Home » General » ZIMBABWE PREPARES TO HOST 4TH APICULTURE AFRICA EXPO

HARARE, May 13– Preparations are on course for Zimbabwe to host the 4th biennial Apiculture Africa Expo here in October for which at least 3,000 delegates have so far confirmed their participation, says a beekeepers association official.

Beekeepers Association of Zimbabwe (BKAZ) National Co-ordinator Mutandwa Chaipa said here Monday the expo would held under the theme “Beekeeping for economic empowerment in Africa”.

Zimbabwe won the bid to host the event during the 2012 expo in Ethiopia after staving off stiff competition from five other African countries.

“More than 3,000 delegates comprising exhibitors of bee products and technologies, researchers, policy makers, honey trade support networks and development partners are expected to attend the expo,” Chaipa said.

The expo is being organized by ApiTrade Africa, a regional not-for-profit organization which champions the promotion of African honey and other bee products internationally, together with the BKAZ and the government of Zimbabwe

The expo showcases Africa’s honey industry by creating awareness on market opportunities, business opportunities and demonstrating the relationship between beekeeping and other industries. Participants to the 2014 expo are expected to come from Uganda, Kenya, Ethiopia, Tanzania, Rwanda, Ghana, Mozambique, Malawi, Egypt, Zambia, Burundi, South Africa and Cameroon.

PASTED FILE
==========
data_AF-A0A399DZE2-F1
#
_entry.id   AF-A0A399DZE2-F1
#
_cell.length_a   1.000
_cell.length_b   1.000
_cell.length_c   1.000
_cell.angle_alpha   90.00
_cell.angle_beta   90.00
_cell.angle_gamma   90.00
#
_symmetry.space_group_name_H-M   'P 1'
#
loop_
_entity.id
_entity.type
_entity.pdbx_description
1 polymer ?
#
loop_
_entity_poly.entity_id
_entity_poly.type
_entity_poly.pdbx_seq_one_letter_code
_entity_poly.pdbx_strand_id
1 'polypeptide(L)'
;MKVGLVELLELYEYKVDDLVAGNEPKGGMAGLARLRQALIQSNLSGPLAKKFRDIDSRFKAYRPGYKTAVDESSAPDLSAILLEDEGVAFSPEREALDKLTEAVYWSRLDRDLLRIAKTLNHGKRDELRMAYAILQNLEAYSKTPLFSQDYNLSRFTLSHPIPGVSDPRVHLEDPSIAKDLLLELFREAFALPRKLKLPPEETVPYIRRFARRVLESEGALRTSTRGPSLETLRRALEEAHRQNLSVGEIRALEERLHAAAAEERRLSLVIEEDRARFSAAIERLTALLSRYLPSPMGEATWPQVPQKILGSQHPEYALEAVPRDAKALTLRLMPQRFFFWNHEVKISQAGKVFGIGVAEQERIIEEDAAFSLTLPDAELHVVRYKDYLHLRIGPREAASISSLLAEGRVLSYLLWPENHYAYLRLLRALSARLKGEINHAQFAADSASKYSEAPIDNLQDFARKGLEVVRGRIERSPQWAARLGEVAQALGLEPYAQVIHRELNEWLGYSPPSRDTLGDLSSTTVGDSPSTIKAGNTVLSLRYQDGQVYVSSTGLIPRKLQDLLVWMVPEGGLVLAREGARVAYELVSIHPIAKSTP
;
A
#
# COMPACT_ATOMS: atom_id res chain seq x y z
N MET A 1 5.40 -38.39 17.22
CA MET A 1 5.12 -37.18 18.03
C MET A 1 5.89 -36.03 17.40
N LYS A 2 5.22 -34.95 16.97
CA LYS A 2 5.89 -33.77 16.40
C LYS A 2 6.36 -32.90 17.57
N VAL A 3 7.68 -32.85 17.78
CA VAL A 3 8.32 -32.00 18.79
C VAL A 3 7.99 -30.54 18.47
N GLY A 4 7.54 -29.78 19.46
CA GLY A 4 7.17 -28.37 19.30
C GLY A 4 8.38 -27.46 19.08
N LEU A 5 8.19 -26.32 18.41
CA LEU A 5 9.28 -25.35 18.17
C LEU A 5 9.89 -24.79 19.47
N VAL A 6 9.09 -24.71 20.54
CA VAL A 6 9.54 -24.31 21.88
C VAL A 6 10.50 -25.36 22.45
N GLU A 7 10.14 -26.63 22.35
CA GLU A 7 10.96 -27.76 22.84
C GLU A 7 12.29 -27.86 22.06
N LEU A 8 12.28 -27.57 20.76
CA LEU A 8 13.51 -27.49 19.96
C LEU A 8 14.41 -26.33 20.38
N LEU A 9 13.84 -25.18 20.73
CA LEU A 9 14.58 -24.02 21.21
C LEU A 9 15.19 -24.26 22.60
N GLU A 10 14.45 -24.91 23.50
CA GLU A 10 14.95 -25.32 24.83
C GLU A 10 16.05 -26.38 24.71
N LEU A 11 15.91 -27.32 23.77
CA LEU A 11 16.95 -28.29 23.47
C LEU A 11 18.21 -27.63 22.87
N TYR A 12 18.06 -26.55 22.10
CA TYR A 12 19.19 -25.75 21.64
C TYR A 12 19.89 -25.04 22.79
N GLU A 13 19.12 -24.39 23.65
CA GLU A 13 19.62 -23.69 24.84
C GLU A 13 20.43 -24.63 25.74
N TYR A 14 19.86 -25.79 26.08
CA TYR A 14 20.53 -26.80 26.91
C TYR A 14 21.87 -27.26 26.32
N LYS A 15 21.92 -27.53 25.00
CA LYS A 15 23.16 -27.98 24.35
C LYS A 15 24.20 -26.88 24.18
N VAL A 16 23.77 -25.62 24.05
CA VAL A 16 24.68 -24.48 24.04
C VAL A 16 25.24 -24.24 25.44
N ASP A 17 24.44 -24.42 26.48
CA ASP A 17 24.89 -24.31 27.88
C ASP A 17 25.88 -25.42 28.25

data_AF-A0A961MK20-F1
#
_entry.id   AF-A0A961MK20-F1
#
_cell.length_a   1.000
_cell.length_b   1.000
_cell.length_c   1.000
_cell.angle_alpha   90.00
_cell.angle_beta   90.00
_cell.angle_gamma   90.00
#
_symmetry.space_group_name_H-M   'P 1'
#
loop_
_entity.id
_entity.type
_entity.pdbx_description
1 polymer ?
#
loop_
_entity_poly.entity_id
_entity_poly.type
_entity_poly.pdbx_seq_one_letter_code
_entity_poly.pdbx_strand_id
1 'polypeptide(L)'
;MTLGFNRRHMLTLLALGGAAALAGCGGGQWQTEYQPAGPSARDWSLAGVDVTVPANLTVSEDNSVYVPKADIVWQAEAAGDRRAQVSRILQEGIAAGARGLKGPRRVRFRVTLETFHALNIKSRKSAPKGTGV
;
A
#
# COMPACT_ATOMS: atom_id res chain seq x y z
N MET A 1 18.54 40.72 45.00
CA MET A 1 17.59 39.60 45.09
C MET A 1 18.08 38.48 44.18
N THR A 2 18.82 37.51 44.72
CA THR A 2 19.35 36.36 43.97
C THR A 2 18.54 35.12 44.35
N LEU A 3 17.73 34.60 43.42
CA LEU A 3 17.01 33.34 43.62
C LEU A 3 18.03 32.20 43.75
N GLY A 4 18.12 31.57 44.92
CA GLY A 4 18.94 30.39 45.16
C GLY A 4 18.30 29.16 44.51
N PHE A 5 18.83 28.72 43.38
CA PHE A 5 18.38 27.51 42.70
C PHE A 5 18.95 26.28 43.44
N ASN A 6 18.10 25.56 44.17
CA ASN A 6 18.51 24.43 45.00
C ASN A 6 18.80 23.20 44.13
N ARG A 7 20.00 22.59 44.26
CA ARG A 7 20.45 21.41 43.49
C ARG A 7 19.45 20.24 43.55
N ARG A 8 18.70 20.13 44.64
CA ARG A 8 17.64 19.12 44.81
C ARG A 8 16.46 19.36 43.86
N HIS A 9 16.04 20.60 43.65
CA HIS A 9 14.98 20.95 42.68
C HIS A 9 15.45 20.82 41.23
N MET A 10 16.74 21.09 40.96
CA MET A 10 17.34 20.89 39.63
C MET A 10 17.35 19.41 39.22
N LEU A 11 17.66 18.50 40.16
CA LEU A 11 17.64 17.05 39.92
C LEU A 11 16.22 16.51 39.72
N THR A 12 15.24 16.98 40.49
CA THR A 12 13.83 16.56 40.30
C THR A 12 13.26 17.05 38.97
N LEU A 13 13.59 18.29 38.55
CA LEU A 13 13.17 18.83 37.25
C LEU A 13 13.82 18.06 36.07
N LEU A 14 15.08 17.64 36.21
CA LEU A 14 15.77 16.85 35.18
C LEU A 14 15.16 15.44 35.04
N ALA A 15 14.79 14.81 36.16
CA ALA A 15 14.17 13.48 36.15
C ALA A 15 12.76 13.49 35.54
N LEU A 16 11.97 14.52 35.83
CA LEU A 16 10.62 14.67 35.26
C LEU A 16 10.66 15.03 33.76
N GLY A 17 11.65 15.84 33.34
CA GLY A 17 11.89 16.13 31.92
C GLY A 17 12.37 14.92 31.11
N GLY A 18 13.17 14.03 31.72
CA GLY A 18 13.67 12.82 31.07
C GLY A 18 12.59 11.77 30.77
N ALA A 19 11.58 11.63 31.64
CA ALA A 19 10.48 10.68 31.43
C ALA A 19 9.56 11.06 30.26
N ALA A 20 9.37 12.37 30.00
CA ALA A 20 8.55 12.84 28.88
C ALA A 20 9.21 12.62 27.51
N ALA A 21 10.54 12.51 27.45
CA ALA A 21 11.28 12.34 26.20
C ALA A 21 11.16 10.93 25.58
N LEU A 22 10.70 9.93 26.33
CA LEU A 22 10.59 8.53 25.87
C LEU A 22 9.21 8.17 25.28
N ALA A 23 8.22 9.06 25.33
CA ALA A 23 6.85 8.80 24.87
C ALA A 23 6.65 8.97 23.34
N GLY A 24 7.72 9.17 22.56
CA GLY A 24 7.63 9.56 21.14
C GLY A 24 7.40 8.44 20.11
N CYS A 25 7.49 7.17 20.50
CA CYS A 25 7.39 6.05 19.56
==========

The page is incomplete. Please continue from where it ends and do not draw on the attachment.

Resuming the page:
Other countries include Sudan, Morocco, Madagascar, Somalia, Nigeria, Democratic Republic of Congo (DRC), Botswana, Zimbabwe, Angola, Middle East, Europe and the United States.

Manufacturers of beekeeping equipment from Germany, Poland and Italy are expected to exhibit at the expo, which will be the second largest international event that Zimbabwe has hosted following after the United Nations World Travel Organization general assembly last year.

Zimbabwe has an estimated 50,000 small-scale honey farmers, 80 per cent of whom are still using the old traditional methods of making bee hives from tree bark.

SOURCE: NEW ZIANA

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